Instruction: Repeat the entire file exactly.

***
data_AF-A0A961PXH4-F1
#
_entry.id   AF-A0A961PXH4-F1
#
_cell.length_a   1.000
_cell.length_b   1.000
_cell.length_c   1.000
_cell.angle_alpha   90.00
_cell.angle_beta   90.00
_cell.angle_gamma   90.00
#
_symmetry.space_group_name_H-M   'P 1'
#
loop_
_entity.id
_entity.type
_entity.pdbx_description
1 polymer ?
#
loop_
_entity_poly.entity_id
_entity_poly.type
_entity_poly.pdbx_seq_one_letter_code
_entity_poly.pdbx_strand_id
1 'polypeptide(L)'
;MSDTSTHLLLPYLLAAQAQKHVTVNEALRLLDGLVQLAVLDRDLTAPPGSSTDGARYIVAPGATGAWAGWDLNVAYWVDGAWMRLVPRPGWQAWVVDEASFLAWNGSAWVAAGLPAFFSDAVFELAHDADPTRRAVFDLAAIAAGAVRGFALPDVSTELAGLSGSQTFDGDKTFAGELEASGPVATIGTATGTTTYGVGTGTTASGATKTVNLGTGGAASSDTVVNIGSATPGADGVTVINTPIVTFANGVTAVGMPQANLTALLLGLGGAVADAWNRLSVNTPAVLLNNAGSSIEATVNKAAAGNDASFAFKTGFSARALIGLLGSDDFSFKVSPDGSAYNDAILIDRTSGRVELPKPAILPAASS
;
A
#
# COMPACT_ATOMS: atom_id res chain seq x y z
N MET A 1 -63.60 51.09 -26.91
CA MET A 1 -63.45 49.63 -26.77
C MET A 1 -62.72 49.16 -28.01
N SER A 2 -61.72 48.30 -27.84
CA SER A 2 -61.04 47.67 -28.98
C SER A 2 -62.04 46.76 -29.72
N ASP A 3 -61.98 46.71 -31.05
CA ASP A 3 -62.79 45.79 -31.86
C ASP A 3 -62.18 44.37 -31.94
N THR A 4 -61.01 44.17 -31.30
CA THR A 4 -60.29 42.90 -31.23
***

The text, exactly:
data_AF-A0A961PXH4-F1
#
_entry.id   AF-A0A961PXH4-F1
#
_cell.length_a   1.000
_cell.length_b   1.000
_cell.length_c   1.000
_cell.angle_alpha   90.00
_cell.angle_beta   90.00
_cell.angle_gamma   90.00
#
_symmetry.space_group_name_H-M   'P 1'
#
loop_
_entity.id
_entity.type
_entity.pdbx_description
1 polymer ?
#
loop_
_entity_poly.entity_id
_entity_poly.type
_entity_poly.pdbx_seq_one_letter_code
_entity_poly.pdbx_strand_id
1 'polypeptide(L)'
;MSDTSTHLLLPYLLAAQAQKHVTVNEALRLLDGLVQLAVLDRDLTAPPGSSTDGARYIVAPGATGAWAGWDLNVAYWVDGAWMRLVPRPGWQAWVVDEASFLAWNGSAWVAAGLPAFFSDAVFELAHDADPTRRAVFDLAAIAAGAVRGFALPDVSTELAGLSGSQTFDGDKTFAGELEASGPVATIGTATGTTTYGVGTGTTASGATKTVNLGTGGAASSDTVVNIGSATPGADGVTVINTPIVTFANGVTAVGMPQANLTALLLGLGGAVADAWNRLSVNTPAVLLNNAGSSIEATVNKAAAGNDASFAFKTGFSARALIGLLGSDDFSFKVSPDGSAYNDAILIDRTSGRVELPKPAILPAASS
;
A
#
# COMPACT_ATOMS: atom_id res chain seq x y z
N MET A 1 -63.60 51.09 -26.91
CA MET A 1 -63.45 49.63 -26.77
C MET A 1 -62.72 49.16 -28.01
N SER A 2 -61.72 48.30 -27.84
CA SER A 2 -61.04 47.67 -28.98
C SER A 2 -62.04 46.76 -29.72
N ASP A 3 -61.98 46.71 -31.05
CA ASP A 3 -62.79 45.79 -31.86
C ASP A 3 -62.18 44.37 -31.94
N THR A 4 -61.01 44.17 -31.30
CA THR A 4 -60.29 42.90 -31.23